Any suitable method may be utilized to remove the molding material 170. Removal can be effected by, but is not limited to, laser radiation, acid etching and mechanical grinding. In one embodiment, a laser is utilized to remove the molding material 170. This laser may be the same device that is used in a subsequent laser marking step 109. For example, a Yttrium aluminium garnet (YAG) laser may be employed, with a power level of about 100 W and a wavelength of about 1064 nm, using a surface scanning technique over the top surface 172 of the molding material 170. Laser scanning may be achieved with a beam expanding telescope for uniform laser etching. Thermal energy imparted by the laser radiation causes the exposed molding material 170 to vaporize. However, because the spacer 130 may be, for example, a silicon chip, the spacer 130 may have a relatively high melting point, such as around 1410° C. The laser power is thus high enough to remove the molding compound 170, which may have a decomposition temperature from about 330° C. to about 390° C., but is low enough to not cause significant damage to the spacer 130. It is noted that if removal of the molding material 170 is performed before the material 170 has substantially cured, lower power levels may be employed by the laser to effect removal. However, if the molding material 170 has substantially cured before the removal process is performed, then a higher laser powers, and longer exposure times, may be needed. Differences in pre-mold and post-mold removal parameters may depend upon the type of compound used for the molding material 170.
In certain embodiments, subsequent to the removal of the molding material 170 in step 103, the remaining molding material 170 undergoes a curing process, as indicated by step 104. The curing process 104 makes the remaining molding material 170 harder, and may, for example, be performed in an oven at around 175° C. for about 2 to 6 hours. As previously indicated, in alternative embodiments, the post-mold curing process 104 is performed before the molding material removal step 103, although longer grinding times, different acid bath compositions or higher laser powers may be required. As indicated in step 105, and shown in
At the end of the solder ball 180 mounting step 105, although not shown in the figures, what is then present is a relatively large, contiguous package of several FSBGA devices, each having a respective circuit component 110 and BGA 182, and which are bonded together with molding material 170 from a single molding step 102. In step 106, the various devices are separated from each other in a singulation process, as known in the art, yielding individual devices that separately undergo subsequent heat spreader attachment and laser marking steps. Singulation may be performed with a mechanical dicing saw. Singulation may also be performed, for example, with a water jet or a laser.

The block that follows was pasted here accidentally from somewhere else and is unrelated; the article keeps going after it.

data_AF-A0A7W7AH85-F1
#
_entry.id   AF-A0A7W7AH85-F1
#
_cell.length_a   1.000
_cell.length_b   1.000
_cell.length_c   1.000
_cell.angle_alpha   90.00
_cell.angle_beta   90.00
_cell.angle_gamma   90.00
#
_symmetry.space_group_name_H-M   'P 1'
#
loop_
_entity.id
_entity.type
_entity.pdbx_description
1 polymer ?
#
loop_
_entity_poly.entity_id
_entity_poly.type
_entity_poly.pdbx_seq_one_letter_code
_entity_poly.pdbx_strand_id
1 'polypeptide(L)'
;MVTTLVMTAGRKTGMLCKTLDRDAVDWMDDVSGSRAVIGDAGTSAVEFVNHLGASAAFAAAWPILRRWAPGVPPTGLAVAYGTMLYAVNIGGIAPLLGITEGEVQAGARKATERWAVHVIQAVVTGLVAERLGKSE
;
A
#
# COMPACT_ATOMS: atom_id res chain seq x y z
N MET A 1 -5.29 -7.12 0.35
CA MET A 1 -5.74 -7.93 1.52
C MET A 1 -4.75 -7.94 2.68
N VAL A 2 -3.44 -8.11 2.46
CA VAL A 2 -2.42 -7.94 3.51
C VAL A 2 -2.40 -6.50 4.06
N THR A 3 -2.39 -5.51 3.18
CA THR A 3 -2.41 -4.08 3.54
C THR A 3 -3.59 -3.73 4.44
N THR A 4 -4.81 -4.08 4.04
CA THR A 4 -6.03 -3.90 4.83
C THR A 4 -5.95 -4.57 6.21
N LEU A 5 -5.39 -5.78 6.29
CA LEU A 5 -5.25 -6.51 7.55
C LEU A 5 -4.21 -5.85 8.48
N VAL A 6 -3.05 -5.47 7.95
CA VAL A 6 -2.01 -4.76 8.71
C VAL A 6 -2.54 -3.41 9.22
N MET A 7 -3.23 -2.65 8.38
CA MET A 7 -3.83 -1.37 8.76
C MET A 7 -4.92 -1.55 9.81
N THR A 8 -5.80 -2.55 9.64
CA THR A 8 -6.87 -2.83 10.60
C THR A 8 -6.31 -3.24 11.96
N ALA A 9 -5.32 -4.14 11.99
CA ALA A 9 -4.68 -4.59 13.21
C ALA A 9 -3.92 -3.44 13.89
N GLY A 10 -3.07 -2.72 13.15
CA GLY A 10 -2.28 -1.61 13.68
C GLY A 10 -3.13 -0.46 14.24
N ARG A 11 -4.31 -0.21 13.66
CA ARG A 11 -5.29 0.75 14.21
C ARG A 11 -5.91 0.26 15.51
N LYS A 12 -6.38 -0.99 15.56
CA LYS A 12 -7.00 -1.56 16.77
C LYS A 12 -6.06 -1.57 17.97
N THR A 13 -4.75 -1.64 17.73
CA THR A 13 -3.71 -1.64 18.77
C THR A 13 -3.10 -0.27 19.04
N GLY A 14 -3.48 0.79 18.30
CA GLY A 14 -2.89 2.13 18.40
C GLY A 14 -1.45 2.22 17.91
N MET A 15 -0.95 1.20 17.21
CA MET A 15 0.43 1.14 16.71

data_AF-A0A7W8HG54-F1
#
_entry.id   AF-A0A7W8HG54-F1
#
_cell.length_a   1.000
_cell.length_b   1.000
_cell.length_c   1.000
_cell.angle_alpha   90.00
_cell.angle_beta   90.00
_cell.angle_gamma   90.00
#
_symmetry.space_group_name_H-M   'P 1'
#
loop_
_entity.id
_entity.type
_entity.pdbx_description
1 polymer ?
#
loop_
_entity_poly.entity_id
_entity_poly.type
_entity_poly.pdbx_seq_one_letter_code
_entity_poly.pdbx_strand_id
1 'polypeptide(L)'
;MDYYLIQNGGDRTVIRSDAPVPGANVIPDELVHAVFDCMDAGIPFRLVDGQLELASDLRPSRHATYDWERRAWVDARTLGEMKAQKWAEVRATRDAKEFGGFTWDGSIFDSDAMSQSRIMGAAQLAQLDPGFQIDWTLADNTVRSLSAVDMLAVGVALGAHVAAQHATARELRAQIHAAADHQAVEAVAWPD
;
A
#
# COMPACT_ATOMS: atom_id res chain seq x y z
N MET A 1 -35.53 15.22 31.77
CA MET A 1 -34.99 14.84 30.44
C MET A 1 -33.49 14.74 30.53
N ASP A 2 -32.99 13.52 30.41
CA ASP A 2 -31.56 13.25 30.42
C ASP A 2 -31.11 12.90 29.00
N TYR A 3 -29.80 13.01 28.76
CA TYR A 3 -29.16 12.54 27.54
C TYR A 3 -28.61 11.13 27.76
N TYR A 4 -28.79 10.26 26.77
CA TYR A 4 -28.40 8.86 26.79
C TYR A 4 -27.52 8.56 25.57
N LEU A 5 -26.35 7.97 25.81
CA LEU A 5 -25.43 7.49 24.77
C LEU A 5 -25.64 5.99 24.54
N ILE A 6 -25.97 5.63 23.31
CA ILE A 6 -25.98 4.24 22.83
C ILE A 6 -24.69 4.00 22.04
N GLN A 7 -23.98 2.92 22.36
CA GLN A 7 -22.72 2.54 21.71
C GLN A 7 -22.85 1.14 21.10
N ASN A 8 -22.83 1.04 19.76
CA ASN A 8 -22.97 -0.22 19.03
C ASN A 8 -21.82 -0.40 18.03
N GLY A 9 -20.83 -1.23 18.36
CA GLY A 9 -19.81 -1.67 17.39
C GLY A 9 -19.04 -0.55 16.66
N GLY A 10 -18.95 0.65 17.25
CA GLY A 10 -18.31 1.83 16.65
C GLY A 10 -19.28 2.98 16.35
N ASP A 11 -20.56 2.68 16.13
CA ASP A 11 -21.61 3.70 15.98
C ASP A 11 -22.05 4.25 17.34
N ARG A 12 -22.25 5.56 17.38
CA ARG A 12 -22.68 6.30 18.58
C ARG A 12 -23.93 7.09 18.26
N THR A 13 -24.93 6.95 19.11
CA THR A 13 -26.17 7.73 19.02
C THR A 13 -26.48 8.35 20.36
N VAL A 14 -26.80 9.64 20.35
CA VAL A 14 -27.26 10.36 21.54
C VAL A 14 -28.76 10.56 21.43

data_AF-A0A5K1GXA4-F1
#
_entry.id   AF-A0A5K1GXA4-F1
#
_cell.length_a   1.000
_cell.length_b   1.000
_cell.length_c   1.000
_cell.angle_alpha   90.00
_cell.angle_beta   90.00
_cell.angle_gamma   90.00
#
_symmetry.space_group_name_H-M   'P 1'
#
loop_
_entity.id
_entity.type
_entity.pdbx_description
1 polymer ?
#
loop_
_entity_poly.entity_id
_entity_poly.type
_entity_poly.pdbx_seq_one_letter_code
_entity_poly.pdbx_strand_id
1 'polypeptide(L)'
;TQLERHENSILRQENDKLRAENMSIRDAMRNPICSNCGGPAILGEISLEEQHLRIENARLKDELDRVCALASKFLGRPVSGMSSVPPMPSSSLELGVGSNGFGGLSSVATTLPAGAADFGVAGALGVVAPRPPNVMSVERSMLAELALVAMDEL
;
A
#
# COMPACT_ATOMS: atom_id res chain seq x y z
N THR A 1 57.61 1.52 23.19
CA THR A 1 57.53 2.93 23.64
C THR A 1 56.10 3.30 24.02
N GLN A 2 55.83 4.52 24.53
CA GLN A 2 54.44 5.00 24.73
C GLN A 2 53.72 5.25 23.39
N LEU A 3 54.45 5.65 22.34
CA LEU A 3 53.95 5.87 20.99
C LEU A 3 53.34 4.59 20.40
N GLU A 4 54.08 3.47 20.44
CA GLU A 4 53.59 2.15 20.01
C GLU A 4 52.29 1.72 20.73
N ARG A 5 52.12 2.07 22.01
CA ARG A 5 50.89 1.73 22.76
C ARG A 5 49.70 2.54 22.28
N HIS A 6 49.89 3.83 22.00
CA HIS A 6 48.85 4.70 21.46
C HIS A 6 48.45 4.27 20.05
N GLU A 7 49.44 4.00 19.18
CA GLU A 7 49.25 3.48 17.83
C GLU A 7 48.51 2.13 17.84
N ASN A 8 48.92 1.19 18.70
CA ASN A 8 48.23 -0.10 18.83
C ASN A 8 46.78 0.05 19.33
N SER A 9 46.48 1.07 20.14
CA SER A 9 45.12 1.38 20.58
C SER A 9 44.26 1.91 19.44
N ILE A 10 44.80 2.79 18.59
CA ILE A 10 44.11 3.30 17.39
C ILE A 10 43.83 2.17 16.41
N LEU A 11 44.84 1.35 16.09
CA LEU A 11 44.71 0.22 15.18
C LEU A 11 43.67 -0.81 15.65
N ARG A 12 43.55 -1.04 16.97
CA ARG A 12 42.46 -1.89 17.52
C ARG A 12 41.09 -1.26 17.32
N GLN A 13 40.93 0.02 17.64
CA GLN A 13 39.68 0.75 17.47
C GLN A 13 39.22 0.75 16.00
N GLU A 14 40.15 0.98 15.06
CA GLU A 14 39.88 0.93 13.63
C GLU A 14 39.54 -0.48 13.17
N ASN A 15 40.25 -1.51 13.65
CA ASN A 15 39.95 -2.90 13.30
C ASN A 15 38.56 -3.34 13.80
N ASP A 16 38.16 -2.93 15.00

A heat spreader attachment step 107 may begin, as shown in
Steps 108 and 109 complete the fabrication of the FSBGA device. In step 108, the adhesive layer 116 is cured, so as to secure the heat spreader 190, 190′ over the top surfaces 132, 172 of the FSBGA device. A heat cure, for example, may be used to cure the adhesive layer 116. In step 109, a laser may be used to etch identification markings or the like upon the heat spreader 190, 190′. The laser so used may be the same laser that is used in step 103 to remove the molding material 170 over the circuit die 120.
The instant invention is not limited to only FSBGA devices. On the contrary, the methods of the instant invention may be applied to any circuit die in which it is desired that at least a portion of a surface of the die or spacer be exposed from the encapsulating material. For example, with reference to
When placed within the mold 260, the bottom surface 249 of the substrate 240 lies flush against the bottom mold plate 264. The top mold plate 262 is spaced from the bottom mold plate 264 so that a gap 269 exists between the backside surface 229 of the circuit die 220 and the inner surface of the top mold plate 262. The gap 269 may have a width, for example, from 25 μm to 100 μm. A molding process is then performed, which fills the cavity regions within the mold 260, and in particular fills the gap 269 with molding material 270, as shown in
The remaining molding material 270 is cured, which may, for example, be done in an oven at around 175° C. for about 2 to 6 hours, and then, as shown in
By introducing a gap between the top mold plate and the top surface of the circuit component, the instant invention prevents any accidental crushing or breakage of the circuit die by the mold. This helps to improve yields. The tolerances on the thickness of the circuit component are greatly relaxed, easing production costs, and thin-film molding techniques do not need to be employed, further reducing production costs. Molding material over the circuit die may be removed before or after curing, and hence an electronic package with superior thermal performance characteristics is made possible.
Although the invention herein has been described with reference to particular embodiments, it is to be understood that these embodiments are merely illustrative of the principles and applications of the present invention. It is therefore to be understood that numerous modifications may be made to the illustrative embodiments and that other arrangements may be devised without departing from the spirit and scope of the present invention as defined by the following claims.